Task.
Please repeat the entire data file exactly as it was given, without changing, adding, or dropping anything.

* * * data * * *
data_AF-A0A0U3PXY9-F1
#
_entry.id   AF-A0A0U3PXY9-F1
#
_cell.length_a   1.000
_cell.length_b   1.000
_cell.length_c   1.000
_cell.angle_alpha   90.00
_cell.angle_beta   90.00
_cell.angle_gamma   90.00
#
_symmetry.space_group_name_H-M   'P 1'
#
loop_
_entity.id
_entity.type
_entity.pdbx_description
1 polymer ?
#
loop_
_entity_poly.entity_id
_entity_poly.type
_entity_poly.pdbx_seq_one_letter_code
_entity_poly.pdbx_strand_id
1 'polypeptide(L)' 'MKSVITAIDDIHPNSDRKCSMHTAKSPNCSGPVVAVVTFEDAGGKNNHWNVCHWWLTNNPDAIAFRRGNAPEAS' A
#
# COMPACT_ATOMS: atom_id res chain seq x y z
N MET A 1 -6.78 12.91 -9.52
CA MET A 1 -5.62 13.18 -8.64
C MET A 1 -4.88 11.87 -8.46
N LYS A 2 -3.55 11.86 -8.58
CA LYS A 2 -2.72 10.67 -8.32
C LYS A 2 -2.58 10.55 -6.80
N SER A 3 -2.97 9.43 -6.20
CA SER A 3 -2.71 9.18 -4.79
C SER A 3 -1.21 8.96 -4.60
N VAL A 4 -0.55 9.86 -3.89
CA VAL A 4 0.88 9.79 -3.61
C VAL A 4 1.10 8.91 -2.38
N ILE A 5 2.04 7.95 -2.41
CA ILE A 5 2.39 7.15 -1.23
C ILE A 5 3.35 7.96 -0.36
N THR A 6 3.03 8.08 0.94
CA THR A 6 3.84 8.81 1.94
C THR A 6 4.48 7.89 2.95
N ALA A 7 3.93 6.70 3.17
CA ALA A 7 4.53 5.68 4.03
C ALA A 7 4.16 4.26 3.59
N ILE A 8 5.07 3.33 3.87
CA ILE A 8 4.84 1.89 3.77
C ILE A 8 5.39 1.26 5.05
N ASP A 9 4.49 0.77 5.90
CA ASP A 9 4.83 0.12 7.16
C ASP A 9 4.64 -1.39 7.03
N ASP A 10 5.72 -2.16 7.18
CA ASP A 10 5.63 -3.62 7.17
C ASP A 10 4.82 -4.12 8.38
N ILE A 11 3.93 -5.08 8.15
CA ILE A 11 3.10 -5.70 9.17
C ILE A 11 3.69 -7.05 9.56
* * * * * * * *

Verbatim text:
data_AF-A0A0U3PXY9-F1
#
_entry.id   AF-A0A0U3PXY9-F1
#
_cell.length_a   1.000
_cell.length_b   1.000
_cell.length_c   1.000
_cell.angle_alpha   90.00
_cell.angle_beta   90.00
_cell.angle_gamma   90.00
#
_symmetry.space_group_name_H-M   'P 1'
#
loop_
_entity.id
_entity.type
_entity.pdbx_description
1 polymer ?
#
loop_
_entity_poly.entity_id
_entity_poly.type
_entity_poly.pdbx_seq_one_letter_code
_entity_poly.pdbx_strand_id
1 'polypeptide(L)' 'MKSVITAIDDIHPNSDRKCSMHTAKSPNCSGPVVAVVTFEDAGGKNNHWNVCHWWLTNNPDAIAFRRGNAPEAS' A
#
# COMPACT_ATOMS: atom_id res chain seq x y z
N MET A 1 -6.78 12.91 -9.52
CA MET A 1 -5.62 13.18 -8.64
C MET A 1 -4.88 11.87 -8.46
N LYS A 2 -3.55 11.86 -8.58
CA LYS A 2 -2.72 10.67 -8.32
C LYS A 2 -2.58 10.55 -6.80
N SER A 3 -2.97 9.43 -6.20
CA SER A 3 -2.71 9.18 -4.79
C SER A 3 -1.21 8.96 -4.60
N VAL A 4 -0.55 9.86 -3.89
CA VAL A 4 0.88 9.79 -3.61
C VAL A 4 1.10 8.91 -2.38
N ILE A 5 2.04 7.95 -2.41
CA ILE A 5 2.39 7.15 -1.23
C ILE A 5 3.35 7.96 -0.36
N THR A 6 3.03 8.08 0.94
CA THR A 6 3.84 8.81 1.94
C THR A 6 4.48 7.89 2.95
N ALA A 7 3.93 6.70 3.17
CA ALA A 7 4.53 5.68 4.03
C ALA A 7 4.16 4.26 3.59
N ILE A 8 5.07 3.33 3.87
CA ILE A 8 4.84 1.89 3.77
C ILE A 8 5.39 1.26 5.05
N ASP A 9 4.49 0.77 5.90
CA ASP A 9 4.83 0.12 7.16
C ASP A 9 4.64 -1.39 7.03
N ASP A 10 5.72 -2.16 7.18
CA ASP A 10 5.63 -3.62 7.17
C ASP A 10 4.82 -4.12 8.38
N ILE A 11 3.93 -5.08 8.15
CA ILE A 11 3.10 -5.70 9.17
C ILE A 11 3.69 -7.05 9.56